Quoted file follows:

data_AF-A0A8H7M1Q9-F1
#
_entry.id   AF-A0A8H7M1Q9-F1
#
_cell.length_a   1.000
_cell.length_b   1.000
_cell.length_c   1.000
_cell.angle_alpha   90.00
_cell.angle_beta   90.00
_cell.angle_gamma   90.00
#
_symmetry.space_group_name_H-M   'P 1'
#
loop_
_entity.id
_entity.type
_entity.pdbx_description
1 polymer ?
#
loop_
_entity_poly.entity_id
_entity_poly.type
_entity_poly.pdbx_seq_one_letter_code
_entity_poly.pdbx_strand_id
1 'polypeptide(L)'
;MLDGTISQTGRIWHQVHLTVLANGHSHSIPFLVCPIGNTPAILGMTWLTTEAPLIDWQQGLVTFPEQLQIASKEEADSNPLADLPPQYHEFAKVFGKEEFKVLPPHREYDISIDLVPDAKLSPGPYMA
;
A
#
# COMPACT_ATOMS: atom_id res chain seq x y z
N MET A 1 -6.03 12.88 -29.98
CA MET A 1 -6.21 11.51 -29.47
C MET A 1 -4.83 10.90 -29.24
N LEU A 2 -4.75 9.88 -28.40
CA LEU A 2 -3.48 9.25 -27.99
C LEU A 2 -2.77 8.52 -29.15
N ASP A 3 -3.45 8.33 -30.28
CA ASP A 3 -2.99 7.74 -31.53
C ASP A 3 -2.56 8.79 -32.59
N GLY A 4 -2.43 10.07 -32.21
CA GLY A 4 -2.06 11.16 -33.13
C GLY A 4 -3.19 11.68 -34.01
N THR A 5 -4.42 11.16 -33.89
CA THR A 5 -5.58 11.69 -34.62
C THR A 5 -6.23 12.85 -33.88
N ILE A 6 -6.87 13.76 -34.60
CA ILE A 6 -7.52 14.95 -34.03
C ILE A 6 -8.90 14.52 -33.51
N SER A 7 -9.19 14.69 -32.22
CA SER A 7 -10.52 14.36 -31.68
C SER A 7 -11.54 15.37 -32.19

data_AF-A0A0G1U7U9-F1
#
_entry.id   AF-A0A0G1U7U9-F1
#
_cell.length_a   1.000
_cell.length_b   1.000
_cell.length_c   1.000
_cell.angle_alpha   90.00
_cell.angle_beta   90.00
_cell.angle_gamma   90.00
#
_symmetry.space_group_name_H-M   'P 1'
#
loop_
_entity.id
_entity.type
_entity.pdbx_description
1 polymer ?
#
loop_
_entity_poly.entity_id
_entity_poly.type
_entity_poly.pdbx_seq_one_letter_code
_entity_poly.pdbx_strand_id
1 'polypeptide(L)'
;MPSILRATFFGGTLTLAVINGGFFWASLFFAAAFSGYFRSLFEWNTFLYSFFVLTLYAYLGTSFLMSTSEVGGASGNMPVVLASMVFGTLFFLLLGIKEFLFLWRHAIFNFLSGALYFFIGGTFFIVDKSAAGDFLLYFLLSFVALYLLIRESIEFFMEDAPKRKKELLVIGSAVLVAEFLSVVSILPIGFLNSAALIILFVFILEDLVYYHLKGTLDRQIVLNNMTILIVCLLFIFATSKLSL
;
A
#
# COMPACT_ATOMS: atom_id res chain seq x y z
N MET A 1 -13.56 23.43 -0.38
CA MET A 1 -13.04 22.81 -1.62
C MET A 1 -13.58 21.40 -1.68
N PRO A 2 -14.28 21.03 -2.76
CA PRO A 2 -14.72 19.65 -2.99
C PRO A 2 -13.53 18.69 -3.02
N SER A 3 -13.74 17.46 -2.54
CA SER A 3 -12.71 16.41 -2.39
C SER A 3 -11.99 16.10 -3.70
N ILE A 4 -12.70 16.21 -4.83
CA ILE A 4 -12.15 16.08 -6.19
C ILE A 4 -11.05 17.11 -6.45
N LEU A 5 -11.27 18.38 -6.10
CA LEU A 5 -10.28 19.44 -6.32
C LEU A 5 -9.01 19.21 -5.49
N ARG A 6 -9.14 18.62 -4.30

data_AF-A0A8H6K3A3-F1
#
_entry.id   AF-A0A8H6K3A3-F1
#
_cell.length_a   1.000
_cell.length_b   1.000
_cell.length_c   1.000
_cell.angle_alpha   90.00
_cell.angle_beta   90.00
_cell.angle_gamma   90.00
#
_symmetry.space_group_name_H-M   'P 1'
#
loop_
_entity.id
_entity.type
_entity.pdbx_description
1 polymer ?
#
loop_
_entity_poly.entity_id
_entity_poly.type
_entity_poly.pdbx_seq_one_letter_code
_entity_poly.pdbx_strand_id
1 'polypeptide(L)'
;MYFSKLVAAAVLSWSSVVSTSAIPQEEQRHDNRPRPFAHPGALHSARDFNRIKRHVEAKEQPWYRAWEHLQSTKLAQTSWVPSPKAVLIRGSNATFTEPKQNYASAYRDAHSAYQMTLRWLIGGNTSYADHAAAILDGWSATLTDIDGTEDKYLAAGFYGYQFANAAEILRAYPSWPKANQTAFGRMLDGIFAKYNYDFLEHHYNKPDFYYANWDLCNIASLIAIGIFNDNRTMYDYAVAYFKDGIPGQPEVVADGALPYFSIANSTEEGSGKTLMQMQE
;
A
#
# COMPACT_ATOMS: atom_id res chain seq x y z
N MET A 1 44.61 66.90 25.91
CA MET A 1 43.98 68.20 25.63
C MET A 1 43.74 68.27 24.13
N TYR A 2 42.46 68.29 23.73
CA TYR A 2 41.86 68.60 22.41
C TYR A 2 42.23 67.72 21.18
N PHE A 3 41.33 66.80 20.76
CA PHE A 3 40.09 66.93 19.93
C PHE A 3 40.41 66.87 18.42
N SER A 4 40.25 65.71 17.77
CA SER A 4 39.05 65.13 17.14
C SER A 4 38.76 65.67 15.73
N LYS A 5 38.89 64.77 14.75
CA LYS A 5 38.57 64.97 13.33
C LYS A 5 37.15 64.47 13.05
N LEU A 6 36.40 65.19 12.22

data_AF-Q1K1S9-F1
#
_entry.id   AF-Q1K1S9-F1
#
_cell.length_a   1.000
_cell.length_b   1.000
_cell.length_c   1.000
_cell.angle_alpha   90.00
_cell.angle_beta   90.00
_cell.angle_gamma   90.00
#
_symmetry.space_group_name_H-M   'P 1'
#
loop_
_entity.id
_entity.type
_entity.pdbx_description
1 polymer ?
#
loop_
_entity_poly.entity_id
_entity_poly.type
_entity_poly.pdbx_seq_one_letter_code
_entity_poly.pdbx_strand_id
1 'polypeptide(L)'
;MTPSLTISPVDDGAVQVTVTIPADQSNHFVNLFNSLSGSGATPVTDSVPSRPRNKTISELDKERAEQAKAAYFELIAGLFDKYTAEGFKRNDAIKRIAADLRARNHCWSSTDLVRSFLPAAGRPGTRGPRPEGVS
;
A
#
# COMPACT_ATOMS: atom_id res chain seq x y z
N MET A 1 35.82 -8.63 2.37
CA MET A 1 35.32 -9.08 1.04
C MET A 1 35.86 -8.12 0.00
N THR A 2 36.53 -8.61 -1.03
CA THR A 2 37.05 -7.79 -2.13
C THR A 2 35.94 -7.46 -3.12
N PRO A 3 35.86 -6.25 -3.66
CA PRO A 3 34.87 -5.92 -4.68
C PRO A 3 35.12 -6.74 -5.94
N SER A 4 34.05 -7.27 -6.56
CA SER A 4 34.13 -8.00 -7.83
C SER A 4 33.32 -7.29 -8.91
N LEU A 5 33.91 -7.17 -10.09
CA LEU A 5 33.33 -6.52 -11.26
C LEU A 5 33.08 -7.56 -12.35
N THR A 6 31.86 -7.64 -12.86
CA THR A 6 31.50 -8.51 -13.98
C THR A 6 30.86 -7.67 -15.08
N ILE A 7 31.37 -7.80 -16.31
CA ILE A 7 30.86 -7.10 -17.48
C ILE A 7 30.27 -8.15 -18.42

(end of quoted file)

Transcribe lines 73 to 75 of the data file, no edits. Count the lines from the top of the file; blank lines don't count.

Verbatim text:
_entity_poly.type
_entity_poly.pdbx_seq_one_letter_code
_entity_poly.pdbx_strand_id